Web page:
3. Absentia


    Feb 25, 2009
    Crappy musicians for some reason have an unrealistic view of their own ability.
    Like that rich rock craigs ad.

    The "I wanna be a rock star" thing is childish and should be abandoned upon graduating high school and joining the real world.
    Listen to the radio almost all the bands on there are either remnants from the grunge era or put together by the record companies.

    I don't know when I hear people talking about getting signed (of which they don't understand if you screw up you get a big hefty bill for all the money the company invested in you) I usually just walk away.
  4. madrob


    Aug 22, 2006
    Ottawa, ON, Canada
    Hey man, I'm in the same boat!

    I have a great career in aerospace research and am about to have my first mortgage. Anyway, a band contacted me looking for a bass player and when I told them I could jam any weekday after 4pm or weekends they asked if I could quit my job to jam during the day. Turns out the singer (female) and her boyfriend/guitarist are unemployed, living in his mom's basement and are "really serious" about going far.

    It really made me laugh as they weren't even that good but I had nothing else going so I thought I would try em out.

    I told them to keep looking and they got back to me a couple weeks later asking if I was still interested (apparently I could keep my job) but I told them no thanks.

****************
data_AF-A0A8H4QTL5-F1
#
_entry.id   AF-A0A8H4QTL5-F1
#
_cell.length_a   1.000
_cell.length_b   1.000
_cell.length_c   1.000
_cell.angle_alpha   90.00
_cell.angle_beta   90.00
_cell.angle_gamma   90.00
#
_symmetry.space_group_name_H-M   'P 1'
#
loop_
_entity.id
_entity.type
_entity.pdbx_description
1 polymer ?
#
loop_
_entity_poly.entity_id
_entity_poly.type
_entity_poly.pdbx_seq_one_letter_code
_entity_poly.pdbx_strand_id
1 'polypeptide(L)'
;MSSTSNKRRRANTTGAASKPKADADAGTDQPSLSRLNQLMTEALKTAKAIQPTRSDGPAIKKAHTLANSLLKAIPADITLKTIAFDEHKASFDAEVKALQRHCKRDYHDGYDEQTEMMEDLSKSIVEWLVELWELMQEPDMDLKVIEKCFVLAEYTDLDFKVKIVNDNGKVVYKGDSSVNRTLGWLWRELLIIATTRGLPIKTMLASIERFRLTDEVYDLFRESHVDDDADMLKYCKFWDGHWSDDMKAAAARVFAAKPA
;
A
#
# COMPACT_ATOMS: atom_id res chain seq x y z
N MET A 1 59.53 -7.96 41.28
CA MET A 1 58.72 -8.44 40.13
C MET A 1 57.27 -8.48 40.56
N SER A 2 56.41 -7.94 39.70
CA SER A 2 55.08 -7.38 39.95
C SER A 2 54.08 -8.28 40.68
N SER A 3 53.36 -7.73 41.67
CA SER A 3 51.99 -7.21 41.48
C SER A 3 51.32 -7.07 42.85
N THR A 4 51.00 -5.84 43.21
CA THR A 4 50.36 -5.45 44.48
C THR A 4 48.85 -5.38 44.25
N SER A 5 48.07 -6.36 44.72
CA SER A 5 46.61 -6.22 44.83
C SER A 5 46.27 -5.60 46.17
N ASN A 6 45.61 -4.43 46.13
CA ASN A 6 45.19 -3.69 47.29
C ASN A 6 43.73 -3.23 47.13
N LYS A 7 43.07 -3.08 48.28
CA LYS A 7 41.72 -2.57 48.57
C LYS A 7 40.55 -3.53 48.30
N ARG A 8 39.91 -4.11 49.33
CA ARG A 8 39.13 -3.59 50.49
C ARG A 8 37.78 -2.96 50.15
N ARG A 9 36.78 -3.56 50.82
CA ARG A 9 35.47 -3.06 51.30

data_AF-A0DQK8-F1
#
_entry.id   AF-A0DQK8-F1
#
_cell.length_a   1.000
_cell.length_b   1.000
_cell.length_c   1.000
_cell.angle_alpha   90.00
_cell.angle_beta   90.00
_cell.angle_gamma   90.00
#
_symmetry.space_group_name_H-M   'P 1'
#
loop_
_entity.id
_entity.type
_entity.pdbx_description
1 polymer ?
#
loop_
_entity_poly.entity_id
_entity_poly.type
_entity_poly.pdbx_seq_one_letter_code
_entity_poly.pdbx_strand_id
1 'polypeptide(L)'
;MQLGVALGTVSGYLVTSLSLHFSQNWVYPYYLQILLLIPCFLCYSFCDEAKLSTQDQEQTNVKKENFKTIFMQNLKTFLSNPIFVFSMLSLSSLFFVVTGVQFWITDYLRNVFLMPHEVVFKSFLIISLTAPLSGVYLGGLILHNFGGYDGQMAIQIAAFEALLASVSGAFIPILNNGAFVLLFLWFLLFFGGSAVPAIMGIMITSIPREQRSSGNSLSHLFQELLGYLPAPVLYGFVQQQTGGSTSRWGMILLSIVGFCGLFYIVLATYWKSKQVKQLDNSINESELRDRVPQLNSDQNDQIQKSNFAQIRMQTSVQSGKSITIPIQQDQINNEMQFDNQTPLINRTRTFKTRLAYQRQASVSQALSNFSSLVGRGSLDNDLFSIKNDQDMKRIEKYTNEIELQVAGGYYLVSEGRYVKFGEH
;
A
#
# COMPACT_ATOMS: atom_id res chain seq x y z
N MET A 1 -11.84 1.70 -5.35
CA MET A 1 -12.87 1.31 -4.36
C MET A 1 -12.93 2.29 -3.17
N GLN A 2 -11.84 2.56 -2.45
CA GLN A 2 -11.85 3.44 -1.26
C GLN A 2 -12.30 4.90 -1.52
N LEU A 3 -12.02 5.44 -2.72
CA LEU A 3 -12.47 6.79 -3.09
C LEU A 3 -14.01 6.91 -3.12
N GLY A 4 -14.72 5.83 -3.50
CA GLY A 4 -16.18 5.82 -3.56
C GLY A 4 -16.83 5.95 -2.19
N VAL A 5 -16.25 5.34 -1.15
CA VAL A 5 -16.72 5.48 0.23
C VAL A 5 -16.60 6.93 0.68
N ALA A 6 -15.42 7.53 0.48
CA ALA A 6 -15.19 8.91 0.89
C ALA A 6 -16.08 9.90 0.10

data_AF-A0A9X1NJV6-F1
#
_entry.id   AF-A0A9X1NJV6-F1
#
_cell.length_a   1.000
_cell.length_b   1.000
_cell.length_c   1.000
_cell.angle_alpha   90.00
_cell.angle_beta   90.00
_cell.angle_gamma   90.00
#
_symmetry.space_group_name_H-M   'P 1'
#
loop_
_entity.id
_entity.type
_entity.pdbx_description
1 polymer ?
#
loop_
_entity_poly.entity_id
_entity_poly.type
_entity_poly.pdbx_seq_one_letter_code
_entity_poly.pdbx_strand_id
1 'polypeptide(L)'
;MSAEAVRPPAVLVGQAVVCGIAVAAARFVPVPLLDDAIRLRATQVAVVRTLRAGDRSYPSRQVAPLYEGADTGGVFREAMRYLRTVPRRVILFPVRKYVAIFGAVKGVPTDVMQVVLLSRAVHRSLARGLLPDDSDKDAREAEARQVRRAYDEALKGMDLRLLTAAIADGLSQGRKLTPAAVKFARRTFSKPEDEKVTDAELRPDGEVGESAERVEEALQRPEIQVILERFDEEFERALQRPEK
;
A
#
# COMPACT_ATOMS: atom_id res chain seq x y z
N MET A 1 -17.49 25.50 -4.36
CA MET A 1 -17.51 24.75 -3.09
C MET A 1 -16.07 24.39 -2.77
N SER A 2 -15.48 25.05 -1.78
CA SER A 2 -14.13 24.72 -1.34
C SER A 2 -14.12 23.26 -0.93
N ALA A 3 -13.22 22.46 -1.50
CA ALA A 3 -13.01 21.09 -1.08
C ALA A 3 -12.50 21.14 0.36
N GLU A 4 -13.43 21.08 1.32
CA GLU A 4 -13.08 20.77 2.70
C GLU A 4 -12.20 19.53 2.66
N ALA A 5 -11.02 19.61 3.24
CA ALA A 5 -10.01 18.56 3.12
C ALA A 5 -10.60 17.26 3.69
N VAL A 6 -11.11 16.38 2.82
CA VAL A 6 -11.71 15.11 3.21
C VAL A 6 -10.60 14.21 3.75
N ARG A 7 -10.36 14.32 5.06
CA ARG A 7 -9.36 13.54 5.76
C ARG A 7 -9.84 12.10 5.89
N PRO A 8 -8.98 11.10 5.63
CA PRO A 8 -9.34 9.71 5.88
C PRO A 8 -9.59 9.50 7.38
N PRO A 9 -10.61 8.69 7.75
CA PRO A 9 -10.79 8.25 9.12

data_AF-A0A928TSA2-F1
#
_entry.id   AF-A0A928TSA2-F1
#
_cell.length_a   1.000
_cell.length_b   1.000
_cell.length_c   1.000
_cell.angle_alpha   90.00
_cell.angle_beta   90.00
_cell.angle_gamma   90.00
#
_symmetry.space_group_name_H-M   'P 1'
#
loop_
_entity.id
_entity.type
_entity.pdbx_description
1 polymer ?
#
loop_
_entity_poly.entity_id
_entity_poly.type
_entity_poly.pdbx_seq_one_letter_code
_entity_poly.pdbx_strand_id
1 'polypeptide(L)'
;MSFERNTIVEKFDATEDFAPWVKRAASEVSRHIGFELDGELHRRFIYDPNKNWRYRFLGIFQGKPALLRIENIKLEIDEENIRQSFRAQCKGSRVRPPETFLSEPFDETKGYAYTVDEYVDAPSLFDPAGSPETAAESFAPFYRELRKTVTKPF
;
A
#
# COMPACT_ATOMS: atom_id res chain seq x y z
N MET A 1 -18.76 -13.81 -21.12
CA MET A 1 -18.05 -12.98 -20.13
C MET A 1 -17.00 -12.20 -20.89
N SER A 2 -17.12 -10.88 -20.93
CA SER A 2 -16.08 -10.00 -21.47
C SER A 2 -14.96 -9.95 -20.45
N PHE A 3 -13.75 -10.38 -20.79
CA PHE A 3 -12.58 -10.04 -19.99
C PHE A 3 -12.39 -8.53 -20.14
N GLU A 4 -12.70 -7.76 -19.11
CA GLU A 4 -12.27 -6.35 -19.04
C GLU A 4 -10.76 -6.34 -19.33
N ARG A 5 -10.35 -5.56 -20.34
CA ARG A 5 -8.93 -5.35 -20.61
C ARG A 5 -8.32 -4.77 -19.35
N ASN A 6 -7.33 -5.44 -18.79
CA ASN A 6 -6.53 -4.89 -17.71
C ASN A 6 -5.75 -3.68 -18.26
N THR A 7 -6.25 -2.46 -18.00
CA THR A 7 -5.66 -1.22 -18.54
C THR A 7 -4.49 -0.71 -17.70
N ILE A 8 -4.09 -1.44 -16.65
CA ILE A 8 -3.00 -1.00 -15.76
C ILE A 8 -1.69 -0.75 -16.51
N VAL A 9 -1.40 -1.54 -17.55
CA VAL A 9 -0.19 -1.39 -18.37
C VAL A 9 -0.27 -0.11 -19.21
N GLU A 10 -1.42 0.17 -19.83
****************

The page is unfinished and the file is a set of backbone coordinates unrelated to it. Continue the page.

Would I quit my job for a music career?...........Yes BUT it would have to be a crazy amount of money that I could retire on. I would take a leave of absence for the right project to live a little of the rock and roll dream.

    Realistically, at 40 I'm not likely to be involved in a successfull originals act so I guess my career is safe!

    It always astounds me how out of touch with reality some musicians are.

    Rock on!!!!!
  5. mr.hughes


    Sep 12, 2005
    That's the nail on the head right there - people thinking their dreams are enough to take them to success, without putting the work in.

    I've been lucky enough to make my living from playing music for nearly 11 years now - playing as many as styles of music as possible alongside trying to make an original band work for seven years. Neither has been easy but playing as a session musician had been the most rewarding, because I know it's the result of a lot of hard work.